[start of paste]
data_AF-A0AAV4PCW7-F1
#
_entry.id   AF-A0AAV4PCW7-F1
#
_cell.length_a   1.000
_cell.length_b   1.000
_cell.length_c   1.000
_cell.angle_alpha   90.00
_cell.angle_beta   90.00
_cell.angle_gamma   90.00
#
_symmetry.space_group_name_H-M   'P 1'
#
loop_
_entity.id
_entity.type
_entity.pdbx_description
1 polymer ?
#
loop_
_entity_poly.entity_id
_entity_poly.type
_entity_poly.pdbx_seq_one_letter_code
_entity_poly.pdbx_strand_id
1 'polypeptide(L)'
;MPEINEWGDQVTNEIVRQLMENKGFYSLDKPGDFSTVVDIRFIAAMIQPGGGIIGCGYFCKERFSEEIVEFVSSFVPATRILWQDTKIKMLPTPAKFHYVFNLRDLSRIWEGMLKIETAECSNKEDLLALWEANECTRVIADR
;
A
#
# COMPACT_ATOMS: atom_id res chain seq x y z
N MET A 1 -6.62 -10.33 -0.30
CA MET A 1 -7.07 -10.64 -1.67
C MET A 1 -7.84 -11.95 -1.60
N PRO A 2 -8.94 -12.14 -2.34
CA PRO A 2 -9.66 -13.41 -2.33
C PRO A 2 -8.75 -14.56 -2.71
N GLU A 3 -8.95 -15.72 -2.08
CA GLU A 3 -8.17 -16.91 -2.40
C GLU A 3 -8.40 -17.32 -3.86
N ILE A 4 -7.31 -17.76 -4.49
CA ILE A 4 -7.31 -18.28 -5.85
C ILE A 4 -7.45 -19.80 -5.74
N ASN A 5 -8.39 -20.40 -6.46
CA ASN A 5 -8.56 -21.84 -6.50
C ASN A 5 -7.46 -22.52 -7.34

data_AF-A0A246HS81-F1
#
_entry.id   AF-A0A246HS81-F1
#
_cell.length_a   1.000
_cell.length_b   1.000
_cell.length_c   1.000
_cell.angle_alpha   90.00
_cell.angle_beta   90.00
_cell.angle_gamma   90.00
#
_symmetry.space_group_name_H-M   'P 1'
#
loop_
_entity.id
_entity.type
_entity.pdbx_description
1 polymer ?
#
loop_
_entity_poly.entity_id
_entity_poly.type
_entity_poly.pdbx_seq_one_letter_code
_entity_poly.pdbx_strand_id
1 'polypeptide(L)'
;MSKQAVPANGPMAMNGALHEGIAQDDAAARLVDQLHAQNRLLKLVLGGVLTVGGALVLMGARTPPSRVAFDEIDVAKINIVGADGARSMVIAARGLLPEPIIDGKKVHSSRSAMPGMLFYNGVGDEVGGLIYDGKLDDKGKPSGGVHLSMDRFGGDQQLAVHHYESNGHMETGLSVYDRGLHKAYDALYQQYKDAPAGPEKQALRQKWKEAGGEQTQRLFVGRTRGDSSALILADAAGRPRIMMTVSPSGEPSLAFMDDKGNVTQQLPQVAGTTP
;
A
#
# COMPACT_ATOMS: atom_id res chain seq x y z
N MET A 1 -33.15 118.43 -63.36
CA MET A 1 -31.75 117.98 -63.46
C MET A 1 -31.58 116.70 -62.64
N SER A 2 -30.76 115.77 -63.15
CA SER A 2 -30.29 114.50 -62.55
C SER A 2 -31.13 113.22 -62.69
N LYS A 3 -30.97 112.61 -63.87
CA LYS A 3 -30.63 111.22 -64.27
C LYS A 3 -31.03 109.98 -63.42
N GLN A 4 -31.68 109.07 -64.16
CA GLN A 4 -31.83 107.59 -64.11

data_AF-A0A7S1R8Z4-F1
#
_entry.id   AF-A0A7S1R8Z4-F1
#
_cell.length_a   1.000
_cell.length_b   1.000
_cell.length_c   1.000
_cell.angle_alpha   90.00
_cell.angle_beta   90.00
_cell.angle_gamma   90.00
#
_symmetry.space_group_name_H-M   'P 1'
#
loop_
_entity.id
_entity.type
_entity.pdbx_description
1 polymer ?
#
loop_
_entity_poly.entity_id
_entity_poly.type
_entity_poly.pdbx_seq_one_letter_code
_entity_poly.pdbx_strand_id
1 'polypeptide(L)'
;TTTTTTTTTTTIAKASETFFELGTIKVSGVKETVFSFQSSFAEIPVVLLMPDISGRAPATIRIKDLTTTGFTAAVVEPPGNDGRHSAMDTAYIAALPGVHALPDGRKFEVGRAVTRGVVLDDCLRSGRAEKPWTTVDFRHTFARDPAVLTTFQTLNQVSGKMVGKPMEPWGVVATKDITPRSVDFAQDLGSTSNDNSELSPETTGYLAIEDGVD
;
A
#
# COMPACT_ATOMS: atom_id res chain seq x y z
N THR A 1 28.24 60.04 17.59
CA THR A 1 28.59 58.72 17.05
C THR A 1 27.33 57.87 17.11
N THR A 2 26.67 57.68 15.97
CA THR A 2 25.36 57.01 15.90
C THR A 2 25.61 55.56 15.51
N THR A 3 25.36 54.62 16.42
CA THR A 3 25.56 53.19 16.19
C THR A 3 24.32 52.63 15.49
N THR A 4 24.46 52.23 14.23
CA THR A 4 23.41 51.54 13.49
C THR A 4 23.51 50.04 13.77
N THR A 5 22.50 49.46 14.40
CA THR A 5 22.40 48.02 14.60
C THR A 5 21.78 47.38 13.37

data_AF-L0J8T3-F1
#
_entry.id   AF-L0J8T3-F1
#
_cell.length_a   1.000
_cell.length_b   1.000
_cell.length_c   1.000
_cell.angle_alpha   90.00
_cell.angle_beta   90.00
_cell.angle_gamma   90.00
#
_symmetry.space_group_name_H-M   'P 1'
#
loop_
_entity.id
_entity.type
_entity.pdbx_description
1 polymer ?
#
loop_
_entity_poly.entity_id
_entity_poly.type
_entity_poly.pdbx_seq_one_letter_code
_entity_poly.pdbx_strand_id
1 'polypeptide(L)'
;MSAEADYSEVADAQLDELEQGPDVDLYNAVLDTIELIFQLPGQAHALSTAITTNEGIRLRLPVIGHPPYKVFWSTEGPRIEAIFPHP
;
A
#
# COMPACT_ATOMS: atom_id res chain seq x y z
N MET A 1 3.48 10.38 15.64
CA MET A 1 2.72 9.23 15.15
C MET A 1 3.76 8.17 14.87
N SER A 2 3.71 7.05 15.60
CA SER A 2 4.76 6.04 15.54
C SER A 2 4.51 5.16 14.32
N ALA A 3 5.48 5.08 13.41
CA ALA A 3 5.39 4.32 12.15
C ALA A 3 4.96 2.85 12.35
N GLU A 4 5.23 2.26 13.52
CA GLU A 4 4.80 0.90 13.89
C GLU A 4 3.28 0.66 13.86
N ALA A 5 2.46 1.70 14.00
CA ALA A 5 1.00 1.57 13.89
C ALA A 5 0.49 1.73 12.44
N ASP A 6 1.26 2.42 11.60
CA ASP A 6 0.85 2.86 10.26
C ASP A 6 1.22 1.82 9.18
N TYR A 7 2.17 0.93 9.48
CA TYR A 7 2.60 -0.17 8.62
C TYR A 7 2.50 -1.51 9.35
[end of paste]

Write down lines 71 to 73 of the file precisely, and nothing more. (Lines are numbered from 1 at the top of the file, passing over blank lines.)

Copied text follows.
;MSKQAVPANGPMAMNGALHEGIAQDDAAARLVDQLHAQNRLLKLVLGGVLTVGGALVLMGARTPPSRVAFDEIDVAKINIVGADGARSMVIAARGLLPEPIIDGKKVHSSRSAMPGMLFYNGVGDEVGGLIYDGKLDDKGKPSGGVHLSMDRFGGDQQLAVHHYESNGHMETGLSVYDRGLHKAYDALYQQYKDAPAGPEKQALRQKWKEAGGEQTQRLFVGRTRGDSSALILADAAGRPRIMMTVSPSGEPSLAFMDDKGNVTQQLPQVAGTTP
;
A